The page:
The Ellen Pao v. Kleiner Perkins sexual harassment and discrimination trial has been a very long time coming. It was coming before Pao filed suit in 2012, before she was made a junior investing partner in 2010, before she was hired as chief of staff for senior partner John Doerr in 2005.
It is the reckoning many women in Silicon Valley have been waiting decades for, and the revelations have been predictably unflattering and sometimes salacious: the all-male ski trip; the men rewarded for their competitive and aggressive drive, and the women punished for theirs; the male employee who allegedly tried to force his way into a female employee’s hotel room. Pao alleges she was pressured into a relationship with that same employee and passed over for opportunities and promotions because of her gender.
Few industries appear as openly confused about their own discrimination as tech, where the delusion of a meritocracy still survives despite all evidence to the contrary.
The stakes feel both very high—for the minority of women working in technology who are paid less and overlooked more—and very low—for everyone involved is, by any measure, paid very, very well.
But as the details have been revealed over several weeks of testimony, it’s become clear that Ellen Pao’s case is not the one on which women in tech should hang all their hope. There may never be one. Ideally, there will be many.
Few industries appear as openly confused about its own discrimination as tech, where the delusion of a meritocracy still survives despite all evidence to the contrary. Homogeneity is baked in to the Silicon Valley workplace and business model, with “culture fit” and “pattern-matching” guiding personnel and investment decisions from start to finish, consistently and often explicitly privileging white men over everyone else.
Women make up more than 40 percent of all engineering graduates, but hold only around 15 percent of technical jobs in Silicon Valley. Just four percent of senior investing partners at venture capital firms are women. These numbers are not on the rise.
Implicit bias is tricky and resilient. It happens in ways that employment discrimination law has little capacity or will to regulate, and in ways that some of its perpetrators can’t even recognize.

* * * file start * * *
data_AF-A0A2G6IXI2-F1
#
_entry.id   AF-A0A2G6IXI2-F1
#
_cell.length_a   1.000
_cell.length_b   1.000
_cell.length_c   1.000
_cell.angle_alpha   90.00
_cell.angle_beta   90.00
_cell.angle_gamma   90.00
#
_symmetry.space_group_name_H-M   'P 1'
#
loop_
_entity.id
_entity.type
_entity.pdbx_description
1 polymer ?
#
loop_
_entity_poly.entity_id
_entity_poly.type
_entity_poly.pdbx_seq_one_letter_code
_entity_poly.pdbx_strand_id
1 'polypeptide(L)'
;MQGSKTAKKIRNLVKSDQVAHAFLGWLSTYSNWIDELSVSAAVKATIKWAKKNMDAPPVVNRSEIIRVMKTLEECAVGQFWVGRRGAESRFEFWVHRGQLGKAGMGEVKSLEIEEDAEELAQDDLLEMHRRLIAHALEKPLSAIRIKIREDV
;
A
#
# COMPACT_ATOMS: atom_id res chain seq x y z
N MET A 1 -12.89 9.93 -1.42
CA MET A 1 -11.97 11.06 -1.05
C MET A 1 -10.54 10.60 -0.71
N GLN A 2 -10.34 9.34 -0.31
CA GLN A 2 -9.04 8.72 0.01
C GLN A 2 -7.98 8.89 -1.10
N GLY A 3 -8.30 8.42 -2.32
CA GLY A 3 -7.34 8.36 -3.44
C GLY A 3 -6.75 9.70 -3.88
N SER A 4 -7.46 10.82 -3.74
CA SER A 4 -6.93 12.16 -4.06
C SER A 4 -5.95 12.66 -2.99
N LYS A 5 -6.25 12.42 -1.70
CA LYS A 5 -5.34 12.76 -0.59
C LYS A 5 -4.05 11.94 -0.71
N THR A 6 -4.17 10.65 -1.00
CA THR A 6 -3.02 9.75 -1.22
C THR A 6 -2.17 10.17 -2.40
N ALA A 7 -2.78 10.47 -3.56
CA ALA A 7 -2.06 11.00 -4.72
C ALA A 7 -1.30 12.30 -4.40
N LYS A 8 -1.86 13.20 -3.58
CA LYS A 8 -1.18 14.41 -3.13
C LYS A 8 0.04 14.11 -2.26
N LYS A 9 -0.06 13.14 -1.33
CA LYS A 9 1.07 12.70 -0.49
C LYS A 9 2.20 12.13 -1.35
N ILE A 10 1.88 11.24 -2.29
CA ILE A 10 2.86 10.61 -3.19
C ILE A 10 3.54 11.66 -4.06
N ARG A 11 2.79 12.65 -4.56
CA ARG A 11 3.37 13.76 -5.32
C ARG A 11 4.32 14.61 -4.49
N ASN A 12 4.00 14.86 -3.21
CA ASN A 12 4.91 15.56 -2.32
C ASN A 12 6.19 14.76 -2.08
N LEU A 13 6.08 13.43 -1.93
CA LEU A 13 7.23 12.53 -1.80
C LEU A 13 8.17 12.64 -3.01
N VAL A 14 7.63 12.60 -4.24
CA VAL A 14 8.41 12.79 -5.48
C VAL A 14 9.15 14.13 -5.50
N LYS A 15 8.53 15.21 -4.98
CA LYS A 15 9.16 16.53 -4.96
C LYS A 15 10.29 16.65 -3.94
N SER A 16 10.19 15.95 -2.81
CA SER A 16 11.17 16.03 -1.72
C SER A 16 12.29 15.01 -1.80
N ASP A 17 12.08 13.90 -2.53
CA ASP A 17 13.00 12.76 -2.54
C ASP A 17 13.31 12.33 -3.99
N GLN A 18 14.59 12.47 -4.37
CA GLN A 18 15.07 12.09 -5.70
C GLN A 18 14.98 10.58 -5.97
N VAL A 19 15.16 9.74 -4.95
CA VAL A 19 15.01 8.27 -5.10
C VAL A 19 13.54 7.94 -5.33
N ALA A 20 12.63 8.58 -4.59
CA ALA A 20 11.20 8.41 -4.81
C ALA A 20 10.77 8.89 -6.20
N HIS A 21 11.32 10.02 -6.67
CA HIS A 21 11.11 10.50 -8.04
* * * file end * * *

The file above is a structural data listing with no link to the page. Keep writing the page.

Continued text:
The women who succeed in this environment appear to be particular anomalies. Kleiner general partner Mary “Queen of the Internet” Meeker, who defended the firm in court, was one of the only women in the boys club for many years, a powerful veteran of '80s-era Wall Street and the dot com boom. “Kleiner Perkins is the best place to be a woman in the business,” she testified—but also noted that she does not advise or mentor any women at the firm.
Facebook COO Sheryl Sandberg may have found personal success with her “Lean In” strategy, but not all of the women who heed her advice are as fortunate. By all accounts, Ellen Pao appeared to be leaning in. This has been a sticking point for Kleiner Perkins’ defense: Pao was not passed over because she is a woman, but because she was aggressive, territorial, and generally not likable—nevermind that men perceived to have the same traits were rewarded for them instead of punished. The harassment and discrimination are imprecise, complex, couched in judgments of Pao’s personality.
Implicit bias is tricky and resilient. It happens in ways that employment discrimination law has little capacity or will to regulate, and in ways that some of its perpetrators can’t even recognize. Women fleeing the tech industry may blame a male-dominated work culture, but can you prove its specific existence—let alone intent and malice—in court? Ellen Pao may not be able, but she’ll be far from the last to try.
In the midst of Pao’s trial, a former Facebook employee, Chia Hong, filed suit against the company for alleged gender discrimination and sexual harassment, among other claims. A former Twitter employee did the same, also alleging gender-based discrimination. Law firm Lieff Cabraser Heimann & Bernstein is openly courting women in tech who feel they have been discriminated against. These cases are not likely to solve or even significantly shift such deep cultural biases, but expensive trials are certainly a motivating deterrent for employers and a precipitating force for legislators.
In Pao’s case, a win could scare Silicon Valley into more equitable practices; a loss could further empower the magical thinking of the “meritocracy.” Regardless of the outcome, the most significant precedent of the Pao v. Kleiner trial might end up being that it was filed at all.
Even if Pao loses, the proceedings have revealed the thick masculine smarm that lurks in Silicon Valley. And after decades of taking a back seat to men in tech, it appears that women are finally and actually leaning in.
The Crooked Valley is an illustrated series exploring the systems of privilege and inequality that perpetuate tech's culture of bad ideas.